China-US trade tension dominates opening day of Bloomberg New Economy Forum

Henry Kissinger (L) speaks with Bloomberg editor-in-chief John Micklethwait at the Bloomberg New Economy Forum in Singapore. (AFP)
Updated 06 November 2018
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China-US trade tension dominates opening day of Bloomberg New Economy Forum

  • China vice president firmly against 'unilateralism'
  • Mandelson says WTO at a 'crossroads'

SINGAPORE: World trade issues dominated the opening day of the Bloomberg New Economy Forum (NEF) in Singapore, with some speakers at the event expressing optimism that rising tensions between the US and China might not prove a stumbling block to global growth.
Wang Qishan, vice president of China, defused worries with an apparent olive branch offered to US President Donald Trump. “Both sides will gain from co-operation and will lose from confrontation,” he said in the keynote address.
“On trade, China will stay calm and will be open to negotiation. China is ready to have discussions with the USA on areas of mutual concern, and reach a solution satisfactory to both sides,” he added.
In the opening speech, Michael Bloomberg, founder of the global media group that has organized the NEF, quoted Henry Kissinger, former US secretary of state who was also at the event; “Talk is good. If you’re talking, you’re not fighting.”
The Chinese politician underlined, however, that his country was “firmly against unilateralism and trade protectionism” — terns that have become a coded reference to the tariffs erected by Trump on Chinese imports. He also condemned the “cold war mentality and power politics,” in another veiled reference to the US.
“Such rapid changes have split some countries and societies. The polarization of right-leaning populism has manifested itself in political demands, which has led to unilateral policies against globalization and seriously affected the international political ecosystem,” Qishan added.
Peter Mandeslon, a former British trade minister, said that the World Trade Organization — the global regulatory body under attack by Trump — was “at a crossroads” but that it was not necessarily doomed. “There is a risk of collapse but we are not quite at that point yet,” he said.
He said that the reasons the WTO was in trouble was as much for political as of economic reasons. “People are turning against trade because they feel they are not getting their fair share of the pie. The politics has got to work better if we’re going to restore confidence in trade,” he said.
Mandelson said that China was a “huge issue” for world trade.
DBS Group, the Singaporean bank that is one of the biggest trade finance facilitators in Asia, downplayed the effects so far of US-China confrontation on trade.
Piyush Gupta, the DBS chief executive, said: “The direct effect will not be very material. It is very hard to shift supply chains,” adding that fears of a trade war between the two biggest economies in the world had been “somewhat overblown.”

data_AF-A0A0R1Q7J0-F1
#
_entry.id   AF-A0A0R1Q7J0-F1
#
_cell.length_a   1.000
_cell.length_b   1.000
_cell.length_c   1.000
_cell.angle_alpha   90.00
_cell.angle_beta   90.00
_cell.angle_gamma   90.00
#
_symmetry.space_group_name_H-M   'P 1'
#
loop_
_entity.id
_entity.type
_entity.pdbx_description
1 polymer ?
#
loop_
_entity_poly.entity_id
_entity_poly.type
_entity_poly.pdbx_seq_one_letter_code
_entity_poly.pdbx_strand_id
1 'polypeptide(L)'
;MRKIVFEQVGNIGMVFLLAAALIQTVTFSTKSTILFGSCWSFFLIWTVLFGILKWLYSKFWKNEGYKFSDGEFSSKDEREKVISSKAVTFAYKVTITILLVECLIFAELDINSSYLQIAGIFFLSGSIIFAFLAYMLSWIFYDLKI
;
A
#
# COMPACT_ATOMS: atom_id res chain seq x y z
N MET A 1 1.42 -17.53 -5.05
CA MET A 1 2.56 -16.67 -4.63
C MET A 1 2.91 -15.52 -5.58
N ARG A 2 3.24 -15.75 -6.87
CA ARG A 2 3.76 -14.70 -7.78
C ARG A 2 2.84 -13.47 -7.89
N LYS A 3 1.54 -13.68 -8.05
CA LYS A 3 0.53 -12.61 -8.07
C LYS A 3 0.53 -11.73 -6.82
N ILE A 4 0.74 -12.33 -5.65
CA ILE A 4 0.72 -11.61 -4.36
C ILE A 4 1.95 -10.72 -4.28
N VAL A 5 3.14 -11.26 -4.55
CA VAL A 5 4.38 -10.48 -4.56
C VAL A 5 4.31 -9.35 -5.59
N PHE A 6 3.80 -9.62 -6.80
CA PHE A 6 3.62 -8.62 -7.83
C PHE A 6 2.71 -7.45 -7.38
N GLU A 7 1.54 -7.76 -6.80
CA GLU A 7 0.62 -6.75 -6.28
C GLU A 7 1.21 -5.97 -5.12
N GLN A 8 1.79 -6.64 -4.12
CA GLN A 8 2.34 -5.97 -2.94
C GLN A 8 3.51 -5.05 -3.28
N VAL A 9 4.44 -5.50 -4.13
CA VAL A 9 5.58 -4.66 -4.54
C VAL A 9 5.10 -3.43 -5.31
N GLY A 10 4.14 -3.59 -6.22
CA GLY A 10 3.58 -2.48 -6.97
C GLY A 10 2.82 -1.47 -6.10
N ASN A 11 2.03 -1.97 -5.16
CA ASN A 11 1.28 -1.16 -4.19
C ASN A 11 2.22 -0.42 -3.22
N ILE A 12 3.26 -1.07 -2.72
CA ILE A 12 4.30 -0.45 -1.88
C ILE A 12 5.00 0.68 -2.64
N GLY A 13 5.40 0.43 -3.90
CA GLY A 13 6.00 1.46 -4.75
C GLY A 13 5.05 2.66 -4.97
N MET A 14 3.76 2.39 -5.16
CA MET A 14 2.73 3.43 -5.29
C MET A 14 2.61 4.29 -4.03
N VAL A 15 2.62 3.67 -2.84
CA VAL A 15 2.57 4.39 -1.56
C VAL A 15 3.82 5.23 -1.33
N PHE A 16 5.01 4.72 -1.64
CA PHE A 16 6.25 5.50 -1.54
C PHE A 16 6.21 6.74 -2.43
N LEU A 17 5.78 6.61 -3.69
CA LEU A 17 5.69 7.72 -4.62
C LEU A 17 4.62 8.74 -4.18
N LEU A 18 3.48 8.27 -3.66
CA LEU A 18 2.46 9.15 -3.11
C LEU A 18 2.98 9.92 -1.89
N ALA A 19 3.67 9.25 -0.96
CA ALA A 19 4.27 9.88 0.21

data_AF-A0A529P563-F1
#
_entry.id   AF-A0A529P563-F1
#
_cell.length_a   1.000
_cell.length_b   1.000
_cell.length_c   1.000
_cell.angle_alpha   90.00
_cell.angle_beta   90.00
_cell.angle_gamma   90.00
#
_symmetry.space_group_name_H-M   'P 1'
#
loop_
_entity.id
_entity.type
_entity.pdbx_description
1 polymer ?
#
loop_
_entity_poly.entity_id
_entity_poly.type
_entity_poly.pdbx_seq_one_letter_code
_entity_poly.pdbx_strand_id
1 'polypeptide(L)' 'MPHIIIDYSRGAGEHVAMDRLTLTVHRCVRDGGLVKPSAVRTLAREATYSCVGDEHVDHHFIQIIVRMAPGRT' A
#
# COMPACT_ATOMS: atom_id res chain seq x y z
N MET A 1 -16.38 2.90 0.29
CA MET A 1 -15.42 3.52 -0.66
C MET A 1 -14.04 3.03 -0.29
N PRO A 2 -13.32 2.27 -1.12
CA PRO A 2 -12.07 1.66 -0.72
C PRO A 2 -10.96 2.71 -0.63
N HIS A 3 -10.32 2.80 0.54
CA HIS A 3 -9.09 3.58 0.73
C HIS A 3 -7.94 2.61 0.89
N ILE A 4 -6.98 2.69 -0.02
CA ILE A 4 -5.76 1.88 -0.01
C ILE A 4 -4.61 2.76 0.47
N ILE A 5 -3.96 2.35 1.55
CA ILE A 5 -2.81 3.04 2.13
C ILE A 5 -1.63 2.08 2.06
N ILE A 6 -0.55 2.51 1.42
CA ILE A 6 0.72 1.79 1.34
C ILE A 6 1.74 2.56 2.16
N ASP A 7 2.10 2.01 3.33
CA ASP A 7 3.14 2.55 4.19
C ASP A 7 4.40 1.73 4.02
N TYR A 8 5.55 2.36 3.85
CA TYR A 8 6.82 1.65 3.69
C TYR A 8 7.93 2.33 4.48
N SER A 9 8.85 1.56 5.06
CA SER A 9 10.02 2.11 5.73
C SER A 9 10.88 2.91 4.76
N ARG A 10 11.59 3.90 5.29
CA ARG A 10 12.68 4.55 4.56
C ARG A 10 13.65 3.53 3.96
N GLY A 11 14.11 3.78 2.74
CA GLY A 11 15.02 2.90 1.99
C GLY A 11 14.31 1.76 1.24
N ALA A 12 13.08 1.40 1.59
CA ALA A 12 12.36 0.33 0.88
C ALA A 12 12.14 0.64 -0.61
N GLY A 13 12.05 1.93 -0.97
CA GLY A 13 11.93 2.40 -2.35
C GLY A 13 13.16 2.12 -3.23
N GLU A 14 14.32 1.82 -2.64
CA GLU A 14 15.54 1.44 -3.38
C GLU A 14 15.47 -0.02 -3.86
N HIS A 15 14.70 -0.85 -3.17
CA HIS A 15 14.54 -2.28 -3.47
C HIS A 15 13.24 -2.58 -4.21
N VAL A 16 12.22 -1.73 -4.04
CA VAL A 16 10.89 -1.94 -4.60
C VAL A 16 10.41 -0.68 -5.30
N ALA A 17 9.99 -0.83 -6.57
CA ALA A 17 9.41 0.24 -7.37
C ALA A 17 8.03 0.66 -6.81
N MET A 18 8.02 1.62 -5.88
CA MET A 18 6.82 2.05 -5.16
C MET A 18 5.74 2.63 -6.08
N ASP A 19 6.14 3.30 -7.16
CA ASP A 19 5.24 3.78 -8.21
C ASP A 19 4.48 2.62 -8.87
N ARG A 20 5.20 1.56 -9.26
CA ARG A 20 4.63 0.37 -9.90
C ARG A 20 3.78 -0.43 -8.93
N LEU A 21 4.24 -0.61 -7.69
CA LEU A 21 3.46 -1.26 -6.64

A session on the Chinese “belt and road” initiative also heard fears about the spreading influence of China in its dealings with central Asia, the Middle East and Africa via the huge infrastructure investment program it has launched.
Some countries — including Malaysia, Sri Lanka and Pakistan — have expressed fears over the leverage China had on their economies as a result of the initiative.
Robert Blackwell, former US ambassador to India, said China should work more closely with partner governments to alleviate the concerns and employ more local labor. “But will they do that? I doubt it,” he added.


Lufthansa announces overhaul of budget carrier Eurowings

Updated 24 June 2019
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Lufthansa announces overhaul of budget carrier Eurowings

  • Lufthansa cited falling revenues at Eurowings as a major reason for its warning on full-year profits on June 16
  • Eurowings’ long-haul business would be managed by Lufthansa in the future

BERLIN: Lufthansa on Monday announced a turnaround plan for Eurowings in which the budget carrier will focus on short-haul flights and seek a 15 percent cut in costs by 2022 in the hope of returning to profit.
The German airline cited falling revenues at Eurowings as a major reason for its warning on full-year profits on June 16. Eurowings’ revenue was also forecast to fall sharply in the second quarter.
Lufthansa said its Eurowings fleet would be standardized on the Airbus A320 family and it would seek to boost productivity at Eurowings by limiting itself in Germany to one air operator’s certificate.
Brussels Airlines — the Belgian national flag carrier which Lufthansa took control of in 2016 — would not be integrated into Eurowings, Lufthansa said. A turnaround plan for Brussels Airlines will be announced in the third quarter.
Lufthansa also said it would start pegging its dividend payout ratio to net profit in the future to give the group more flexibility. It would pay out a regular dividend of 20 percent-40 percent of net profit, adjusted for one-off gains and losses.
Lufthansa said Eurowings’ long-haul business would be managed by Lufthansa in the future.
Carsten Spohr, Chief Executive Officer of Lufthansa, said Monday’s announcements sent “a clear signal that this company cares about its shareholders and tries to create value for them.”
Lufthansa said its Network Airlines — made up of Lufthansa, Swiss and Austrian Airlines — would aim to use innovations in sales and distribution to make a contribution to increasing unit revenues by 3 percent by 2022.
Network Airlines will aim to reduce unit costs continuously by 1 to 2 percent annually, the airline said.